Still No Gameplan For School Sports This Fall
After reversing course and prohibiting physical contact, the Illinois High School Association is now trying to determine if and how to allow fall athletic events.
“I'm hopeful that we'll be able to convene our board of directors for a meeting the week of July 20 to have some really frank discussion about where we're at, what the limits are currently, what the limits will look like. We have to make some decisions and get that communicated back to our membership,” said Craig Anderson, the IHSA executive director.
The not-for-profit, quasi-governmental organization oversees high school sports in Illinois.
The IHSA eased restrictions in July, allowing for things like contact scrimmages for football. But just days later, it changed course and instituted more rules. Schools that had scheduled scrimmages and other summer activities, like 7-on-7 football, had to hit the brakes.
Along with no contact drills, masks are required indoors and when social distancing is not possible. A 50-person limit on gatherings includes athletes, coaches, officials and spectators. These rules could still change before the fall sports season begins. But with COVID-19 cases rising again, there's no guarantee the season will even start.
Anderson said the new rules were finalized after conversations with the Illinois Department of Public Health and others in Gov. J.B. Pritzker’s administration. He said he's heard from some coaches and parents who are understanding, and even applauding, the changes to prevent the spread of the coronavirus. Others have questioned limiting activities for younger people.
One of those parents is attorney Thomas DeVore. He has three daughters in the Hillsboro School District. One plays volleyball and another is a cheerleader.
DeVore filed suit on their behalf in Montgomery County court claiming the changes will cause “immediate and irreparable harm” to the rights of student-athletes. He also argues the IHSA has no power to enforce the mandates on schools and that decision should be made in the state legislature.
“The governor's office comes back at the IHSA and says you have to add these things. You're required to add these things,” said DeVore, who has taken the state to court over the governor’s executive orders related to the pandemic.
He’s also the attorney in a case in Adams County, arguing against students being required to wear face masks and undergo temperature checks this fall. All the cases, he adds, are about who has the authority.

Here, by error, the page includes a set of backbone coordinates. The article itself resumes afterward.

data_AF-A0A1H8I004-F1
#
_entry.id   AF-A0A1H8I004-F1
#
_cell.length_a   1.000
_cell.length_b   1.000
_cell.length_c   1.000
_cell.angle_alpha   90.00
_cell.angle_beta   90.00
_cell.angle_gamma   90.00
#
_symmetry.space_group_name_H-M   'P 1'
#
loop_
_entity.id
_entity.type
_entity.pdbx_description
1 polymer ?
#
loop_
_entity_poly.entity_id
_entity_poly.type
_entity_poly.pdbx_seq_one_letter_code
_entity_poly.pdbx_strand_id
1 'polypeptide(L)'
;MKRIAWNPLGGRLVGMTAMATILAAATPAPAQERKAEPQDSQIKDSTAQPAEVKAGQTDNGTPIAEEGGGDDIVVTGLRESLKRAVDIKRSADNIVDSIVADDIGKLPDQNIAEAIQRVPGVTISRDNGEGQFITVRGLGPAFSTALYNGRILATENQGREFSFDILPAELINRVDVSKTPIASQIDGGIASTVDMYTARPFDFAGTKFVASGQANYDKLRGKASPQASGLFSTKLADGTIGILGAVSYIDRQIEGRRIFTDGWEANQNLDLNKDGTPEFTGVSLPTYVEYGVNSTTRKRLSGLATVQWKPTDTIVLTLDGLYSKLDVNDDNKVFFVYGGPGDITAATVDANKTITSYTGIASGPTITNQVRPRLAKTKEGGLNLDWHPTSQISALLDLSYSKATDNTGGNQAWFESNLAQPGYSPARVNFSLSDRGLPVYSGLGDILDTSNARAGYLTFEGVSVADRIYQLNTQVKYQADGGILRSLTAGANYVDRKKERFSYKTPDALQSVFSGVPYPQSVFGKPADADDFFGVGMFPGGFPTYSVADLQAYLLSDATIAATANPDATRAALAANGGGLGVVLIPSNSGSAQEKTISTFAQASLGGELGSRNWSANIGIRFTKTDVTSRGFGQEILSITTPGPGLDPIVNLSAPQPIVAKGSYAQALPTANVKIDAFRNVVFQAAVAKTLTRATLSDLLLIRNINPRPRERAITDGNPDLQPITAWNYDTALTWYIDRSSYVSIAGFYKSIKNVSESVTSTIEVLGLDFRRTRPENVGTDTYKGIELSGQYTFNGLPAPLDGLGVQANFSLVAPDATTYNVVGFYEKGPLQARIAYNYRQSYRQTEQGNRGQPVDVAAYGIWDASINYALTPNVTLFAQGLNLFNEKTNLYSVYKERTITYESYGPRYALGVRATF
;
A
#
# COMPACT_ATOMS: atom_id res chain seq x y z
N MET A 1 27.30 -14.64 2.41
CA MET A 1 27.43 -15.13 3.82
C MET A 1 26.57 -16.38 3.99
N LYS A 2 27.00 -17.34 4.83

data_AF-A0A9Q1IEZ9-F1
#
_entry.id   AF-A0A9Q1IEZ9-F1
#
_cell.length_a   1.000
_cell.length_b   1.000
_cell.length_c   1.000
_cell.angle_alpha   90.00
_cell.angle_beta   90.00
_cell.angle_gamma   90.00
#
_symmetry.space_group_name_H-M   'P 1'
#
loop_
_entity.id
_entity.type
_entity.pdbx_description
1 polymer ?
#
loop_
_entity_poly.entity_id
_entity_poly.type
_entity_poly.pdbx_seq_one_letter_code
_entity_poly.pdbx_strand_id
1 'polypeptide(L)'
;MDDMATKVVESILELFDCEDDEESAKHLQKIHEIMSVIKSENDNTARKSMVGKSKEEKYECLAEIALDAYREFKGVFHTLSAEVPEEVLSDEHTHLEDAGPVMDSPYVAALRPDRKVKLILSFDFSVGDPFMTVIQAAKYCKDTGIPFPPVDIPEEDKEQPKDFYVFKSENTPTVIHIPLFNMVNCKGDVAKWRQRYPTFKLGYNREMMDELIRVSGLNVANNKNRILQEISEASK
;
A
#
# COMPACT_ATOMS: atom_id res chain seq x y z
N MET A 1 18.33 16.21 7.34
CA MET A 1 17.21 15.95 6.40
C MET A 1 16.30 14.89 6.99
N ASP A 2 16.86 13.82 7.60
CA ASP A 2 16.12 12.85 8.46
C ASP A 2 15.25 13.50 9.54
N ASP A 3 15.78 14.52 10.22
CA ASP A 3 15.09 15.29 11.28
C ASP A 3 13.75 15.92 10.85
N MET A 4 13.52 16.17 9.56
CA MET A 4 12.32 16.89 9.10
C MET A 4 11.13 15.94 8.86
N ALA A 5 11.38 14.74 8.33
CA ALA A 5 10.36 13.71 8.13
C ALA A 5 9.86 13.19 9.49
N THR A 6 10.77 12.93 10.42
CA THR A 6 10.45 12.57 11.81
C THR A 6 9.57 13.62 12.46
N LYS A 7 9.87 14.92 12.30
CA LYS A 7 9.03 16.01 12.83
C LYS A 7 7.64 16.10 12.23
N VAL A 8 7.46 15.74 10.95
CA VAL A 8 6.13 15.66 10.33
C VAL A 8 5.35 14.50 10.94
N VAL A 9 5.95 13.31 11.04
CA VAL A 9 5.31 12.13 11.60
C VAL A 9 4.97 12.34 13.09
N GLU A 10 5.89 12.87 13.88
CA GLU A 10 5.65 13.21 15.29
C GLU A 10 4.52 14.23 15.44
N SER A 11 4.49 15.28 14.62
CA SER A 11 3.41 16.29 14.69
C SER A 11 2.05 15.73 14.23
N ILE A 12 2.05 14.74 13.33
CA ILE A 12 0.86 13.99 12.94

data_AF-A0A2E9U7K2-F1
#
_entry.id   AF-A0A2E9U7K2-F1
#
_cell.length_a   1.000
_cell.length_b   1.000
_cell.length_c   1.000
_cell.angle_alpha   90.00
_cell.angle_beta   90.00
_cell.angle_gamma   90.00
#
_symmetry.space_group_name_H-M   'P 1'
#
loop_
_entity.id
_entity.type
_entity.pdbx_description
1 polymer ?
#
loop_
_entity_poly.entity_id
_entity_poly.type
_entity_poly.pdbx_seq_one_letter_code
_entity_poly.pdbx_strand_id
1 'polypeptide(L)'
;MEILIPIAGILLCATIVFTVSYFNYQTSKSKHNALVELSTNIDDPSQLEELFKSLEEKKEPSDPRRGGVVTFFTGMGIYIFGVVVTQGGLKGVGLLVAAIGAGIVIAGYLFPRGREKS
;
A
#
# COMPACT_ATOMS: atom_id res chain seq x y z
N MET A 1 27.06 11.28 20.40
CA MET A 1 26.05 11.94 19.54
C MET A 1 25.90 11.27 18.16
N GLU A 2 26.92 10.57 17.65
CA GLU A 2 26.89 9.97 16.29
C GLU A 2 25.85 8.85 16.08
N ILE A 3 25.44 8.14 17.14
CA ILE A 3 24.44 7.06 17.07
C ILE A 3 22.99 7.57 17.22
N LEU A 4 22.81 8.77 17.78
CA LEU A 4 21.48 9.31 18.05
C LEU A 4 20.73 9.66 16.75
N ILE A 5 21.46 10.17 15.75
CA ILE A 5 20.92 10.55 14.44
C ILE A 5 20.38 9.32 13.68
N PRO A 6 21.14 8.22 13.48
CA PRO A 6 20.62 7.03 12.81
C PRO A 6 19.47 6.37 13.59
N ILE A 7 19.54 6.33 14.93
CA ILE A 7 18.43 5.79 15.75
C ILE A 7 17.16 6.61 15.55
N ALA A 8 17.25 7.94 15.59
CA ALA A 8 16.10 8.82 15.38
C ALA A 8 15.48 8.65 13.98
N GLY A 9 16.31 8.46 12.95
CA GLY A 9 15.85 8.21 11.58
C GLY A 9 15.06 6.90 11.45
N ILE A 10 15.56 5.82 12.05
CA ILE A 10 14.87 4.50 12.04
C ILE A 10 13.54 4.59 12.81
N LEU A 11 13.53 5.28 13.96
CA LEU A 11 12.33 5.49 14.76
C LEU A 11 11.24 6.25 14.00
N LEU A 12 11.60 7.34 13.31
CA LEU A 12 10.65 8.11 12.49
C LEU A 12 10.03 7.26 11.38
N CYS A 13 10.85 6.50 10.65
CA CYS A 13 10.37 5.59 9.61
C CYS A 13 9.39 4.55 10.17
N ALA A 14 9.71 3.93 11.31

“So if our children need to wear masks in school, if they need to do social distancing, if we can only have groups of 50 or less, let them vet it on the floor of the General Assembly. Let people listen,” he added.
Anderson and the IHSA aren’t commenting specifically on the lawsuit. But he said the decision to add restrictions came after a few school districts reported more positive test results among their athletes. Some even canceled summer activities altogether.
Schools are already struggling with figuring out how to get kids back in classrooms this fall. The Illinois State Board of Education has laid out certain guidelines, like wearing face masks and social distancing. As hard as that is to accomplish inside a school, it can more difficult on an athletic field.
For those questioning if sports should be a priority, Anderson has a response.
“I think students benefit from activity participation when they're doing it, along with their education. Many of our students will lose the incentive to push forward and continue on and be challenged in the classroom if the ability to participate (in sports) is not going to be there,” he said.
Still, the clock is ticking. Most fall sports begin practices in early August. Anderson admitted that date could be pushed back slightly. Seasons could be modified in length and some sports might even be rescheduled for later in the school year. All of those options and more are on the table. He indicated the final call needs to be made soon.
“I anticipate before the end of July those decisions will be made,” Anderson said.